“[B]ecause you can’t imagine a woman playing a soldier, we’ll make her a nun; does that help?”

Minton, Eric. “Shakespeare Understood Women Better Than Modern Men Do”. Shakespeareances.com, 13 Feb. 2013. http://www.shakespeareances.com/dialogues/commentary/Woman_Place-130128.html

Many individuals argue that there are not enough female roles in William Shakespeare’s plays. Therefore, several modern day directors of renditions of these plays decide to turn male roles into perverse female characters because they believe that this would allow more women to have a part in the story. Eric Minton, however, begs to differ. After all, this approach negatively affects both the female character’s and actress’ dignity. Hence, Minton suggests alternative ways to allow more women actresses perform Shakespeare’s plays.

Female Athletes With DSD, Telegraph Article By Tom Morgan (Reflection)

Annet Negesa alleges she was 'left in the the dark about the far-reaching consequences' of having her internal testes removed

“I had no choice,” she claims. “I have often thought of killing myself,” said the athlete who wishes to remain anonymous. “They stole my life, my existence. Just like that, they took away my dream. I wish that I had died in her hands at that time, because she would then have been held accountable and punished.”

The article was about two athletes with difference in differences in sex development (DSD). A DSD is a mismatch between an individual’s chromosomes, or genetic material, and the appearance of the individual’s genitals. Both athletes eventually made their transition into becoming females and took up Olympic running as their respective careers. However, neither had their internal testes removed during the transition.

World Athletics, until October 2019 known as IAAF, is the international governing body for the sport of athletics, covering track and field, cross country running, road running, racewalking, mountain running and ultrarunning. They had told the two athletes to undergo surgery to remove their internal testes due to the fact that they exerted “high natural testosterone levels”, which is what the World Athletics commission thought gave them a competitive advantage. This competitive advantage is widely regarded as factual amongst doctors, researchers, and scientists. The facts are that testosterone levels in men are 295 to 1,150 nanograms per deciliter of blood, while the levels in the women are 12 to 61 nanograms per deciliter of blood. Testosterone “builds muscle,” according to Dr. Benjamin D. Levine, who studies sex differences in athletic performance at the University of Texas Southwestern Medical Center. “It builds skeletal muscle, it builds cardiac muscle. It increases the number of red blood cells.” All this correlates to heightened athletic performance especially in the sport of running. You cannot blame the World Athletics commission for trying to impose regulations on the two female athletes. It is a mere fact that they had a competitive advantage amongst other women participating in the sport. Denying this is delusional.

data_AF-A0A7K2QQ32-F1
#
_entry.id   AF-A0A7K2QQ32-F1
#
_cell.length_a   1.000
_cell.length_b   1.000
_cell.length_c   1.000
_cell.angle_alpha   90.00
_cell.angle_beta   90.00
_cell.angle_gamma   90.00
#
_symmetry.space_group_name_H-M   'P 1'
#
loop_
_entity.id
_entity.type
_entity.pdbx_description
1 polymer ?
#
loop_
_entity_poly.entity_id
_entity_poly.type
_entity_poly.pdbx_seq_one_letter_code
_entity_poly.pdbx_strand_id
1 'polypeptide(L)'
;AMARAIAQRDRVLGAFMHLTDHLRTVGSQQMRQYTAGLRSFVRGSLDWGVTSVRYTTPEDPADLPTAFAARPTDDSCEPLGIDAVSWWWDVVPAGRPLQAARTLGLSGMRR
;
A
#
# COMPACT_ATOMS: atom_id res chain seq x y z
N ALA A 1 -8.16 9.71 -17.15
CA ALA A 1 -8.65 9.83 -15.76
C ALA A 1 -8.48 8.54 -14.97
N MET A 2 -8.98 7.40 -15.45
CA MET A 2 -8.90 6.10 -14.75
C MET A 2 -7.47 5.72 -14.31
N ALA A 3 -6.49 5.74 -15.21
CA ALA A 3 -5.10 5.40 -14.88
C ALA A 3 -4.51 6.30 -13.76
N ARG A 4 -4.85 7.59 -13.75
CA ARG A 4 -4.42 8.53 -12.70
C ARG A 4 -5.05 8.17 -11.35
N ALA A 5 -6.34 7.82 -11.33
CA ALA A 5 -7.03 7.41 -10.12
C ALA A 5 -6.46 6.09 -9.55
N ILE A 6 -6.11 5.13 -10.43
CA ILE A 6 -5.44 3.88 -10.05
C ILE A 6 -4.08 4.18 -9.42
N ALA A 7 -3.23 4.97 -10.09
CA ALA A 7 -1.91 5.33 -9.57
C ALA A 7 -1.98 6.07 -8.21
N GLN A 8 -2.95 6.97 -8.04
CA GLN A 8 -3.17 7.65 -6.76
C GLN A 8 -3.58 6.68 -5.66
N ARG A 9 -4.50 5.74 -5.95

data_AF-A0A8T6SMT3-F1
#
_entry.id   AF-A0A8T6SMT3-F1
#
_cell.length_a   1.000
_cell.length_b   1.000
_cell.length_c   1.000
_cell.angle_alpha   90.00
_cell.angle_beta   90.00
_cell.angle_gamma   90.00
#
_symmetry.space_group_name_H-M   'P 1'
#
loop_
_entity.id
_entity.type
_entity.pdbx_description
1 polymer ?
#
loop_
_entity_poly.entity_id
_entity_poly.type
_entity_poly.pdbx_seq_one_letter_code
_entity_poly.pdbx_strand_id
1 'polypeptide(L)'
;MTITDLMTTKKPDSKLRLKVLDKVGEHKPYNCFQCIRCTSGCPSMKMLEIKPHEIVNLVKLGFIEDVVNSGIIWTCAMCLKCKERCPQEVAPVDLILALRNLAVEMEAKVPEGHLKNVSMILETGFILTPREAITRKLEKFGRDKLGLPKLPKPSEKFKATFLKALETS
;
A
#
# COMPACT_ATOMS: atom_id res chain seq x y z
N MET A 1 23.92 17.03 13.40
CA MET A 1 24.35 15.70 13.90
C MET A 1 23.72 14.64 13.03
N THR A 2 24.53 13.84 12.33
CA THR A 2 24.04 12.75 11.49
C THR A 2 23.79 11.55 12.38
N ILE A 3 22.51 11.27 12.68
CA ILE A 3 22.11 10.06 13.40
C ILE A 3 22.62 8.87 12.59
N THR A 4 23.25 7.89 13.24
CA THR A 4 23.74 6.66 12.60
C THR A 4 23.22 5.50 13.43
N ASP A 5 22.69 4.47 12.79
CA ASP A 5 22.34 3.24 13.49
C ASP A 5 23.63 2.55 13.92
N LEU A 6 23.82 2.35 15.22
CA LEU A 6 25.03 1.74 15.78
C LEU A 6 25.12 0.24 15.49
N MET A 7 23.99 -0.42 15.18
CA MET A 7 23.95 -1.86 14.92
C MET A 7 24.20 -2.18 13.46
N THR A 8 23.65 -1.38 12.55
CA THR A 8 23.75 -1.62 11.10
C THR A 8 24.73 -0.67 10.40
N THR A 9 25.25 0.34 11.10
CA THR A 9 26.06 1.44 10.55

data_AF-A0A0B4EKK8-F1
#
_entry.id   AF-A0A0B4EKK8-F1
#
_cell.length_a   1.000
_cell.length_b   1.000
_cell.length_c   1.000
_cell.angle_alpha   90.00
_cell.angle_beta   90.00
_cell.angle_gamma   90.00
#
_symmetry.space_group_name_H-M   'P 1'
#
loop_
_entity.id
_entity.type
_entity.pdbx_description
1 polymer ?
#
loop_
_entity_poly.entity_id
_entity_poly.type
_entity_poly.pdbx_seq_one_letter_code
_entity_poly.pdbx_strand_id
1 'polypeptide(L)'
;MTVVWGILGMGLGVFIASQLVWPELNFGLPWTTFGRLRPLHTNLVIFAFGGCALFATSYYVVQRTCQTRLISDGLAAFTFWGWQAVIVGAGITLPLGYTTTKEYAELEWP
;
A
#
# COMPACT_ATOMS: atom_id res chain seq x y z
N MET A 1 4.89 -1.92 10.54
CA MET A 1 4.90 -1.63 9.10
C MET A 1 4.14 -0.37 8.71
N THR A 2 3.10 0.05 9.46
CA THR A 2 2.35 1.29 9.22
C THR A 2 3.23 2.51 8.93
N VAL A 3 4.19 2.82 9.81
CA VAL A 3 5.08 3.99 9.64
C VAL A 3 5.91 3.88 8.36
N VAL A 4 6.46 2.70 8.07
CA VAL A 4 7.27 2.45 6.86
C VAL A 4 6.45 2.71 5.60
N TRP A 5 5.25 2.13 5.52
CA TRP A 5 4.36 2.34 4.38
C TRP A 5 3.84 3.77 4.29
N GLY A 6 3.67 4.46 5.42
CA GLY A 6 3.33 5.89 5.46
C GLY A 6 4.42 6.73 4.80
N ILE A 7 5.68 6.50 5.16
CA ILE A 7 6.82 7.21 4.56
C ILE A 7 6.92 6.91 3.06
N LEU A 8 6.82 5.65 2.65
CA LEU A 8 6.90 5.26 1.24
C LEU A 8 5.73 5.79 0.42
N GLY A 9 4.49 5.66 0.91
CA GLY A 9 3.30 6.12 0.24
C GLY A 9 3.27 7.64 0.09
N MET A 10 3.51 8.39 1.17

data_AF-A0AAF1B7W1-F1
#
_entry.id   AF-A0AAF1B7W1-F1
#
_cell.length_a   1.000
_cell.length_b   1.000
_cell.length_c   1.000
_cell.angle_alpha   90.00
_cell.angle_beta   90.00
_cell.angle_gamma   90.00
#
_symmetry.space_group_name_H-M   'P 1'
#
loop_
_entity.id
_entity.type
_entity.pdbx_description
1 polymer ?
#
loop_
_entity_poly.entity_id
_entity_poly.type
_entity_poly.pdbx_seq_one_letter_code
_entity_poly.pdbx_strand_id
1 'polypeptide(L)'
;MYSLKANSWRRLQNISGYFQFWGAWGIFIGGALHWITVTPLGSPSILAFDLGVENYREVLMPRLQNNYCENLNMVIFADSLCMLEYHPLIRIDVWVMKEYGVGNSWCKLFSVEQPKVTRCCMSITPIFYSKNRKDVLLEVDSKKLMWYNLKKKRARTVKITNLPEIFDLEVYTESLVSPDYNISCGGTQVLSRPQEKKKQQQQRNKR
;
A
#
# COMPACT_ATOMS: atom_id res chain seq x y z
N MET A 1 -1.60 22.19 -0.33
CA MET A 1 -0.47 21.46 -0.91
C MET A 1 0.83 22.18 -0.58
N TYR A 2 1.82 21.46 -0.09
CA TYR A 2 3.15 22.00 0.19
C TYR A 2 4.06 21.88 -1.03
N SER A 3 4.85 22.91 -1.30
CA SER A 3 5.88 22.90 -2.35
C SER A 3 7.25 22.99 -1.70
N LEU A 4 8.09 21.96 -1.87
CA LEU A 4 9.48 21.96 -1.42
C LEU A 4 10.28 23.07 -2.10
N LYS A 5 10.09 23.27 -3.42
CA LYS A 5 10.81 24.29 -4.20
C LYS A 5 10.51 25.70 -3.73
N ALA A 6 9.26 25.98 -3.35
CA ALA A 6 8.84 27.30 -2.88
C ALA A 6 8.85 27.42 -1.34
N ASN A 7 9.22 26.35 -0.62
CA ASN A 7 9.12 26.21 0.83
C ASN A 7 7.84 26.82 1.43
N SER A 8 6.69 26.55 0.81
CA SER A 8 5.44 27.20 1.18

Now, accepting these facts doesn’t justify the horrors that the two female athletes had to endure. The hormonal interventions carried out on the basis of regulations, along with inadequate aftercare led to massive mental health consequences for the athletes. Additionally, the alleged issue of keeping the athletes in the dark about how the decrease in their testosterone levels would affect their careers is very wrong. Though it may be obvious to many what the results of their surgery would entail, it may have not been obvious to them and we cannot fault them for that.

Works Cited

Morgan, Tom. “Female Athletes Claim Careers Ruined after Being ‘Coerced’ into Surgery to
Curb Testosterone Levels.” The Telegraph, Telegraph Media Group, 27 Sept. 2019,